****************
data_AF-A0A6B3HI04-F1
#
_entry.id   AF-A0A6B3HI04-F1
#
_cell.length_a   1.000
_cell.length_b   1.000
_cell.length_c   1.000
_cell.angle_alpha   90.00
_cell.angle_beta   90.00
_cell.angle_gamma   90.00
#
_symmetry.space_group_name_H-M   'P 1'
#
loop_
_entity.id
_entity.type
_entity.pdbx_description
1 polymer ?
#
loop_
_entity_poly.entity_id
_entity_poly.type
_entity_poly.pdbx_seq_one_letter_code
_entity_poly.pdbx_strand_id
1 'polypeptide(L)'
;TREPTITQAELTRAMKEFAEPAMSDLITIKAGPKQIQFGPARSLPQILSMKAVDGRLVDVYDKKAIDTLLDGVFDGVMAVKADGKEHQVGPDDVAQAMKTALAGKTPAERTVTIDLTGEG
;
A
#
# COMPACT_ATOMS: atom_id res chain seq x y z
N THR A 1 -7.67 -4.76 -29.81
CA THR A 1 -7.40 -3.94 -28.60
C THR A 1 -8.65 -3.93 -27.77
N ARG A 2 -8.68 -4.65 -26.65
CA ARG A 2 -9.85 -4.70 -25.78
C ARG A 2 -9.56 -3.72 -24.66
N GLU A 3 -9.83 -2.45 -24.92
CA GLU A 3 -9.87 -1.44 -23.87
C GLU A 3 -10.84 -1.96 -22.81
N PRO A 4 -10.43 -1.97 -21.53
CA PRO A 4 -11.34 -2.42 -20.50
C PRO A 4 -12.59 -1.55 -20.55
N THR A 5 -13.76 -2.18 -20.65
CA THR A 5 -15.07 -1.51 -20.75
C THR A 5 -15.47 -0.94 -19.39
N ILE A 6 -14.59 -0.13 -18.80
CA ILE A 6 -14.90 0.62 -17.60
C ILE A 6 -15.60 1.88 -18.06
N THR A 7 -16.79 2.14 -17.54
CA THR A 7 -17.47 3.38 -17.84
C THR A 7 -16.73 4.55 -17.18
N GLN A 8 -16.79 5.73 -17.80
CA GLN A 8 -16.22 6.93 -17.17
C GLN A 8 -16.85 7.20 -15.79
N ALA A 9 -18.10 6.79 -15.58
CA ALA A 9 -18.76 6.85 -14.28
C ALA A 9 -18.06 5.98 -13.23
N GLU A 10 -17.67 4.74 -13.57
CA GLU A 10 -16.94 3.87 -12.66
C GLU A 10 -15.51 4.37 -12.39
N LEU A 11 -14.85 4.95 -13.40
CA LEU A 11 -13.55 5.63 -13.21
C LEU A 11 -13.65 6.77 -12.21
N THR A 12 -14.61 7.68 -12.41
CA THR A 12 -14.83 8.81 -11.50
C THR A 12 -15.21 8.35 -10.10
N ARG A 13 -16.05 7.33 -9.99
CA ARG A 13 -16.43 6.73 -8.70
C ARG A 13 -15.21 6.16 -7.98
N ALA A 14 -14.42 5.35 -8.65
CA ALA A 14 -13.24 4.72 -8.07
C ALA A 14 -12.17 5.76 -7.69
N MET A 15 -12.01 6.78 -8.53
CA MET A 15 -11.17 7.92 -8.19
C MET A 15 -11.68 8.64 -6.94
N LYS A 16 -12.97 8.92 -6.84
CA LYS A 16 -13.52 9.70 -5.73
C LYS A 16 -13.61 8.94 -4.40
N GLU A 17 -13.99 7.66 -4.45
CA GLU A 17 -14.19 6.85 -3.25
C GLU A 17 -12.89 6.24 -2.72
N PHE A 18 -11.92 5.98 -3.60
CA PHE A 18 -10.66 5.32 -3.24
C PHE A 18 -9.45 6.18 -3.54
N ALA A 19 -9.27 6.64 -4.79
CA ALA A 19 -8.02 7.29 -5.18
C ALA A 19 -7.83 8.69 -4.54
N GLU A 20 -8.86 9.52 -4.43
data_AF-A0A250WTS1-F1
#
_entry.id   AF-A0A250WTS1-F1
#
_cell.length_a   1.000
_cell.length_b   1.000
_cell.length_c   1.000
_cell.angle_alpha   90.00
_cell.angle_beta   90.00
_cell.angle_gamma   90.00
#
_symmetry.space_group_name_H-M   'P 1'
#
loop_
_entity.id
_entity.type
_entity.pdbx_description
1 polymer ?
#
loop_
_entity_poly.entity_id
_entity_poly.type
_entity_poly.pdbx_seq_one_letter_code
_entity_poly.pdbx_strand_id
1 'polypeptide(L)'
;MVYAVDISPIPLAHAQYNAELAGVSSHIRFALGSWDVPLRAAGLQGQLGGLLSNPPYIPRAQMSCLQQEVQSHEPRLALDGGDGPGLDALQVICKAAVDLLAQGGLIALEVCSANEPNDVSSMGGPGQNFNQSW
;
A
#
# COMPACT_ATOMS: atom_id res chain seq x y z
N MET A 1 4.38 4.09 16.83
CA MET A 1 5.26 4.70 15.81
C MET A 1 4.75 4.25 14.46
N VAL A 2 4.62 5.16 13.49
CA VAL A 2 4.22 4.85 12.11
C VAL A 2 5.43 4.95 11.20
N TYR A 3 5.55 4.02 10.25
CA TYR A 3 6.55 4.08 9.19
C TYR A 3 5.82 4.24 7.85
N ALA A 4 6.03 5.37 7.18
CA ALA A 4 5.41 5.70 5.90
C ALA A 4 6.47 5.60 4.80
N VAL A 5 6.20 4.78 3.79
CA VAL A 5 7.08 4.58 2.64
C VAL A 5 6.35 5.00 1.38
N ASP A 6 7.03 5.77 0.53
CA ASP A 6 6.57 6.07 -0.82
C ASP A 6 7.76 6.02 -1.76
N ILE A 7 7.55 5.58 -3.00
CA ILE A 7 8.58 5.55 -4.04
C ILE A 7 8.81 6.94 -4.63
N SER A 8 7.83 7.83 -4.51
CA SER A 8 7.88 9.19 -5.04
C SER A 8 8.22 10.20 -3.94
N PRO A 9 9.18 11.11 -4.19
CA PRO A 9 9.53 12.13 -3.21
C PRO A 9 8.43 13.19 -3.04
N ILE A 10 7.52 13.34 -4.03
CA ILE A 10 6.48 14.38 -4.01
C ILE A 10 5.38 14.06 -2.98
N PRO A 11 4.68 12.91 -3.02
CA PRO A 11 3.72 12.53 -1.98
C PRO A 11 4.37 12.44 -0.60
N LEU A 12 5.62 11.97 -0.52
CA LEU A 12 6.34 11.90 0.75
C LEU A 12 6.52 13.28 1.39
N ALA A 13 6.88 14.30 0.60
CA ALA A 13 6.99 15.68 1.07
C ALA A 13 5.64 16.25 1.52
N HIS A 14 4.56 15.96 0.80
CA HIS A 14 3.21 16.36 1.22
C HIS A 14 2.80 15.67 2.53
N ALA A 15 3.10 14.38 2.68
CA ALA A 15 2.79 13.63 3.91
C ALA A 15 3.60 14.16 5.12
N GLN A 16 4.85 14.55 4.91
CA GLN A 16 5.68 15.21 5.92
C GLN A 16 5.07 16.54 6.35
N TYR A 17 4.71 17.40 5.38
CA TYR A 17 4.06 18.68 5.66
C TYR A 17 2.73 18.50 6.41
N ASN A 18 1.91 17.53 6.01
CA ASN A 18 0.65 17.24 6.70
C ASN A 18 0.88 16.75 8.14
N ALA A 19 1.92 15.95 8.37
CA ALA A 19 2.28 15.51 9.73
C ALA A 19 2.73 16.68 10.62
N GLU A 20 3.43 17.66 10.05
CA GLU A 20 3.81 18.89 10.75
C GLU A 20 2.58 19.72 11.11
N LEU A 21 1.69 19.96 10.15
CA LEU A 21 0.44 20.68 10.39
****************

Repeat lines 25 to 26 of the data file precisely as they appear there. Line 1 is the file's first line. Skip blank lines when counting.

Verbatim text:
1 'polypeptide(L)'
;TREPTITQAELTRAMKEFAEPAMSDLITIKAGPKQIQFGPARSLPQILSMKAVDGRLVDVYDKKAIDTLLDGVFDGVMAVKADGKEHQVGPDDVAQAMKTALAGKTPAERTVTIDLTGEG